My partner and I had one situation in 2006 where we were heading out of the BWCA and came on a storm. We still had three large lakes between us and our vehicle, and plenty of wilderness to navigate. It was early May and still cool and we didn't see more than two other parties the entire week we were out there. The temperature dropped into the low 40s F that day and the wind kicked up the waves and it started sleeting while we were paddling. The white caps on the lakes became too dangerous to navigate safely and the water too frigid to risk tipping, so we had to wait it out in a makeshift camp on a smaller lake. We had only brought enough extra food for one more night, and only one more night of our meds etc. The next day it was still stormy but thankfully not as fierce or wet and we were able to get out, but it was a good lesson for us to be more prepared next time.
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#7 Old 04-04-2016, 05:51 AM
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It is difficult, but not impossible. As far as my logic goes, as a vegetarian , to survive in the wild , you will need to know how to climb trees , know which fruits and nuts can be edible and non toxic to a human being . Also, you cannot be a picky eater (you have already opted for vegetarianism, and that's picky enough in the wild).
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#8 Old 04-04-2016, 06:07 PM
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I'd make sure I have my velvet bag of polyhedral dice, and my cloak of invisibility.
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#9 Old 04-04-2016, 07:30 PM
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If I recall the history of Andean plane crashes and such, in extreme survival situations they get to deal with the ethical dilemma of whether or not to eat other people. Yet we never see that as somehow invalidating the belief that cannibalism is generally frowned upon.

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#10 Old 05-17-2016, 03:52 AM
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If where you need to survive you can pick things up like berries and mushrooms then I believe it would be perfect and you would be able to survive no problem with that however you would have to be lucky enough to be at a place where you could find all that if not it would be really hard to survive and you may have to resort to other means. When it comes down to survival though I believe you will do what it takes.
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#11 Old 05-17-2016, 07:58 AM
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I'd be interested to see if I could kill an animal in a life or death situation. In my head now I genuinely don't think I could do it, I'd rather die.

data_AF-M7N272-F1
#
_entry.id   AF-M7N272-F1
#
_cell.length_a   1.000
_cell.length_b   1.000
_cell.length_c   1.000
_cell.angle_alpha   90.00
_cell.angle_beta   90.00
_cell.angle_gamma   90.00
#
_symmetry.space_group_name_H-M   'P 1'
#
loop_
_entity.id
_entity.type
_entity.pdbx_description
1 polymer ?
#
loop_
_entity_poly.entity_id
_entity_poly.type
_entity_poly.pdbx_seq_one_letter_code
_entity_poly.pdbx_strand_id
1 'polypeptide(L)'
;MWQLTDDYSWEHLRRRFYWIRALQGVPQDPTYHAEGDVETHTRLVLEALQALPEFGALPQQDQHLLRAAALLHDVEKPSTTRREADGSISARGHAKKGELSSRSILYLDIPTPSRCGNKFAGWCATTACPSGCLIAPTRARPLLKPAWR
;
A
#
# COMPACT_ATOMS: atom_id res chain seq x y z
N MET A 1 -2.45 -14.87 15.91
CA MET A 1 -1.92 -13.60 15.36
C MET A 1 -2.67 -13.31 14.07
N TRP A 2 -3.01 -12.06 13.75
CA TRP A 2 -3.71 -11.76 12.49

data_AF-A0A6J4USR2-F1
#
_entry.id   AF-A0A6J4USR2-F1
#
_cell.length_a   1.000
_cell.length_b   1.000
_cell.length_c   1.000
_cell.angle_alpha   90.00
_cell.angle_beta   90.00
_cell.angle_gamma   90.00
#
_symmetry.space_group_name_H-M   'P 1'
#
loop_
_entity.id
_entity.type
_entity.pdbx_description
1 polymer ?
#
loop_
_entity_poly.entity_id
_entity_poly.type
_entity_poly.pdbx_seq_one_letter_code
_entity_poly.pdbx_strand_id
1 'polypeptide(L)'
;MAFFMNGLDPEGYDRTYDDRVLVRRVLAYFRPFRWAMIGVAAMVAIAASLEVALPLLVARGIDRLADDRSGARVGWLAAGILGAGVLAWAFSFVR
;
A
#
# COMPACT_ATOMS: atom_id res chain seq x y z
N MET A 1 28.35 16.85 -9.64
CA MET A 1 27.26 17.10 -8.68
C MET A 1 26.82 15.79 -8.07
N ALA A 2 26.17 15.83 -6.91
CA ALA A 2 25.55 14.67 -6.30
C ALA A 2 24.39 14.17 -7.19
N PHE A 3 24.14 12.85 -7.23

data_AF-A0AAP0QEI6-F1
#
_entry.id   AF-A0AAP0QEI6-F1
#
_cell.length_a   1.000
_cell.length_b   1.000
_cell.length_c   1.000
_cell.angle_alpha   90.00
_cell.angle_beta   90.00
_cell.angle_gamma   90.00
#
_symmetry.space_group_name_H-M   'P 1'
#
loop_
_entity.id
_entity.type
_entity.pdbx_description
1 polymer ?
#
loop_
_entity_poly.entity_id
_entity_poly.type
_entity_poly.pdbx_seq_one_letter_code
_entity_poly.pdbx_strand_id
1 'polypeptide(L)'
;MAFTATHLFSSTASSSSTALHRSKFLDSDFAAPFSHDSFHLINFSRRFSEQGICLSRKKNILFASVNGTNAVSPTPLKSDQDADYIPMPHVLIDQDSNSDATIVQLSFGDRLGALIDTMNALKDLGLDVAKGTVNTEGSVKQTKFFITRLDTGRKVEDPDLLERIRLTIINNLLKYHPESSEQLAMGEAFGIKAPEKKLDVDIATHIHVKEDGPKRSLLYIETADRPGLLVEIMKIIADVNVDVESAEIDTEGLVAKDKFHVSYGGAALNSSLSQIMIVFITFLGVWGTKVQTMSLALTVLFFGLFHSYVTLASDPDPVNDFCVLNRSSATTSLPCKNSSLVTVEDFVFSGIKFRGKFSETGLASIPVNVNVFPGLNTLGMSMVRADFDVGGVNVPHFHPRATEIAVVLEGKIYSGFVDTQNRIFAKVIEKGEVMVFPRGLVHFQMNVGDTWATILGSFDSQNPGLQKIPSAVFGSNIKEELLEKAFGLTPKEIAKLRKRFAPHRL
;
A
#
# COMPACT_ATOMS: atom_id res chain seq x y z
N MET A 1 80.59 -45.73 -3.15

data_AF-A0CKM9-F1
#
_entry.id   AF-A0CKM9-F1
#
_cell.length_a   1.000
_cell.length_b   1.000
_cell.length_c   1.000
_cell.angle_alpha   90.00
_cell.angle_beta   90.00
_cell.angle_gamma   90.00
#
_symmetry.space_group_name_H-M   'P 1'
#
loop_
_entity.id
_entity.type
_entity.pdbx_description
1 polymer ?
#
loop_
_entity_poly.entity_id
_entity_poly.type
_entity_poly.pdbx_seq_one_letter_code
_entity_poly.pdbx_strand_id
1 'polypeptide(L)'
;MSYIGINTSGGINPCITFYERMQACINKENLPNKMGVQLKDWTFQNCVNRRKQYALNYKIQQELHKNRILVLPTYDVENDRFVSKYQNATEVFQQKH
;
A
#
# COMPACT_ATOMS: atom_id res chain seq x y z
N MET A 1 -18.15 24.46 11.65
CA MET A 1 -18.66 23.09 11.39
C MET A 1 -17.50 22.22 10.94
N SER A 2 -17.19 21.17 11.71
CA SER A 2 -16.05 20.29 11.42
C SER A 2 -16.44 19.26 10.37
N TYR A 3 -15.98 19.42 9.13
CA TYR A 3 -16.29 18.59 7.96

And meat eaters says we have a natural instinct to eat meat...
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#12 Old 05-17-2016, 03:46 PM
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If death from starvation occurred a few days after the last meal, then yes- many of us would die before eating meat.
Thats not what happens tho. Starvation lasts months. Literally, when people stop consuming anything but water most drop dead in the 65-100 day window. Thats a lot of time to think, a lot of time to fear, and a lot of time to rationalize actions you would never normally do.
Just read about the colonial times in america. People didnt stop at just eating their boots- they ate human feces, animal feces, each other, anything to survive.

I dont want to eat meat, but if I go 60 days without food just to be safe I recommend you keep your arms well out of reach of my teeth
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#13 Old 05-18-2016, 02:57 AM
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So how many people here have ever been in a survival situation in the wild? Pretty slim chance of ending up in one.

This topic drives me crazy because people have asked me this so many times. It isn't like there are steaks hanging from trees and no vegetation. Jeesh.
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#14 Old 05-18-2016, 03:32 PM
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Quote:
Originally Posted by SteveW View Post
I'd be interested to see if I could kill an animal in a life or death situation. In my head now I genuinely don't think I could do it, I'd rather die.


And meat eaters says we have a natural instinct to eat meat...
I could certainly kill fish or insects for eating after 3 days without much food. I'm a vegetarian (failed plant-based), mostly ethical. I'm not against the killing but against the absurd way we now breed most of the animals. Just to say that ethical veg* doesn't necessarily mean "no killing".

Quote:
Originally Posted by LedBoots View Post
So how many people here have ever been in a survival situation in the wild? Pretty slim chance of ending up in one.

This topic drives me crazy because people have asked me this so many times. It isn't like there are steaks hanging from trees and no vegetation. Jeesh.
It is sometimes nice to hear the question from a vegan because here we know it is not just provocation. It's a fair thing that when omnis learn we don't eat meat they wonder why it is important to eat it. Why it might save their life. So they wonder about extreme situations. Just like I could ask somebody who never does sport what they would do if they have to escape from an extreme situation I picked in a random movie. It's being a jerk but the question comes so easily...


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Bon appétit !